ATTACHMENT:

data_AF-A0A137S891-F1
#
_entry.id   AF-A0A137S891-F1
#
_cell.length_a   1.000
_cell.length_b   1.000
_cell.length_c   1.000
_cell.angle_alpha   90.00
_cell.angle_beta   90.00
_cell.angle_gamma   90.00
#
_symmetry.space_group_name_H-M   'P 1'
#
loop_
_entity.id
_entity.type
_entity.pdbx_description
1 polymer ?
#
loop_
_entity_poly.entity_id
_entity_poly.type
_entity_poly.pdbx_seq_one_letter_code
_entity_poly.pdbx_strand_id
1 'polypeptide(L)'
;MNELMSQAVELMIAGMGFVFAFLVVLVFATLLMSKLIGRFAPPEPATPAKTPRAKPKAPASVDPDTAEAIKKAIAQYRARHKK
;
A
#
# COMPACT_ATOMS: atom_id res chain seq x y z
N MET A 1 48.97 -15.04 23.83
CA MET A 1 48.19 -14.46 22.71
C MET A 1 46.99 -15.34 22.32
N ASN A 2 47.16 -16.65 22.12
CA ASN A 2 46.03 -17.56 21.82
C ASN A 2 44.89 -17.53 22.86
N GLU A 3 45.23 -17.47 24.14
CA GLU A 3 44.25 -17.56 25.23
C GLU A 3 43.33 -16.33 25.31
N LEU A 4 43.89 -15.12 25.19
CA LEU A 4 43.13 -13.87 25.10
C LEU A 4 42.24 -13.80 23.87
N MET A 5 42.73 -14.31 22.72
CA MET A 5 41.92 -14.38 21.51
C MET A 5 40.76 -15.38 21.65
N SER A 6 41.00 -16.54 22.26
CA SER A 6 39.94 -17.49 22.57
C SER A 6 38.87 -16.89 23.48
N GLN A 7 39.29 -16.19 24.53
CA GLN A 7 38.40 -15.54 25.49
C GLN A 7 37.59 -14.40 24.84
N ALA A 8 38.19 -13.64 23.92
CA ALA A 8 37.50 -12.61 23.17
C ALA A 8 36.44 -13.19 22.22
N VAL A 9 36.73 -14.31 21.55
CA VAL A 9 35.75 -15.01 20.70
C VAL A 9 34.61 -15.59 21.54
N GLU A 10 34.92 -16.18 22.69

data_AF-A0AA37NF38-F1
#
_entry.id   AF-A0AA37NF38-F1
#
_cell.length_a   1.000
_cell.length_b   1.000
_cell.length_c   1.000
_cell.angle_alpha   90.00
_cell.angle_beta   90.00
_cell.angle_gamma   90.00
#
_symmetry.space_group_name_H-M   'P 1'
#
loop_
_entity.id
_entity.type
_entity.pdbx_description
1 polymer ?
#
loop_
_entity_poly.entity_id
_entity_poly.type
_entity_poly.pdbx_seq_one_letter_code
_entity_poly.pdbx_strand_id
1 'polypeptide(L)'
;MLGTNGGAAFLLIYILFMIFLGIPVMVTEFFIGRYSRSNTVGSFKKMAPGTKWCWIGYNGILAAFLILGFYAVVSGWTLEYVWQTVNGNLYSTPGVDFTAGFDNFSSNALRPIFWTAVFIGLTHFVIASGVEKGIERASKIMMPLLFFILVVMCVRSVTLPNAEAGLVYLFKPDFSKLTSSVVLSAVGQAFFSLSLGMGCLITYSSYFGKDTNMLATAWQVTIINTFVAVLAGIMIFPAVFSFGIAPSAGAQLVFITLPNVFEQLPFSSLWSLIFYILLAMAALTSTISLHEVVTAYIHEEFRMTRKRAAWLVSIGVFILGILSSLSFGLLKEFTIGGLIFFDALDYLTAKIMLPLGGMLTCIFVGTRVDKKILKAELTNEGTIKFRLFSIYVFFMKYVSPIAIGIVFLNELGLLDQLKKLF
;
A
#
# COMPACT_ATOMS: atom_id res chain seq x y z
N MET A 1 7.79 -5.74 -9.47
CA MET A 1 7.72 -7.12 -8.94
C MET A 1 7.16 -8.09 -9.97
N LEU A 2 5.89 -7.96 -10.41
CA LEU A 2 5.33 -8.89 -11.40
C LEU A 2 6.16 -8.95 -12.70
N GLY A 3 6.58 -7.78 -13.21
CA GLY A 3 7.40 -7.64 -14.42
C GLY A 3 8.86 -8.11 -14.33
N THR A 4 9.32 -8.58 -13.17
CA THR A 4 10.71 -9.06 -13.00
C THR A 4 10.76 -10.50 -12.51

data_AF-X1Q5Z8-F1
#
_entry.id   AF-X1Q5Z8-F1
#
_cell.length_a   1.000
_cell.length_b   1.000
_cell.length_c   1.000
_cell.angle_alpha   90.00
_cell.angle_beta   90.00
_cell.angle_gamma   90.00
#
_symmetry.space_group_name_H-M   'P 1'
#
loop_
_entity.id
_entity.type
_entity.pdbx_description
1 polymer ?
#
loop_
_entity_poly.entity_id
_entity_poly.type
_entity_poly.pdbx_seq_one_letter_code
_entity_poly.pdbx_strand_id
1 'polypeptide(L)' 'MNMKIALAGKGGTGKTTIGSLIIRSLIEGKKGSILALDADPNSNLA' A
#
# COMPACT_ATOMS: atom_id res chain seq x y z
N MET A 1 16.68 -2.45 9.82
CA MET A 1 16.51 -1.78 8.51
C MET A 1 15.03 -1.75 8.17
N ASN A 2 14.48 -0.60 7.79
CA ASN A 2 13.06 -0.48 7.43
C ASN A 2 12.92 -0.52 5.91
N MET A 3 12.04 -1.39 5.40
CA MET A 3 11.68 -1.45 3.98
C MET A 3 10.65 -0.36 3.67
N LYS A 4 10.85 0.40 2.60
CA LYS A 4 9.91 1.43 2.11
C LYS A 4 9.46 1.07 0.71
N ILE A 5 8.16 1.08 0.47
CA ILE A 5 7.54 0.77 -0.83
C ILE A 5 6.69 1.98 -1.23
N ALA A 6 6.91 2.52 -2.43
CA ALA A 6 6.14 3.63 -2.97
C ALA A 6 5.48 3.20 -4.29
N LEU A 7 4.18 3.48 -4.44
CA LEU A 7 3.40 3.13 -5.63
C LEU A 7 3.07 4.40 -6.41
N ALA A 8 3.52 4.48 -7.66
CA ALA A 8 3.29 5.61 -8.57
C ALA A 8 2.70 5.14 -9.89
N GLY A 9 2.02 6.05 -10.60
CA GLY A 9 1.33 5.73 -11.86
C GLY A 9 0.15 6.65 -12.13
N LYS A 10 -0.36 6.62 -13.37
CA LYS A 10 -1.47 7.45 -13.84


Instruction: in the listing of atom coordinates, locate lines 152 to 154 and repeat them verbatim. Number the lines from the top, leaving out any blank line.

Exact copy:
N GLY A 9 2.02 6.05 -10.60
CA GLY A 9 1.33 5.73 -11.86
C GLY A 9 0.15 6.65 -12.13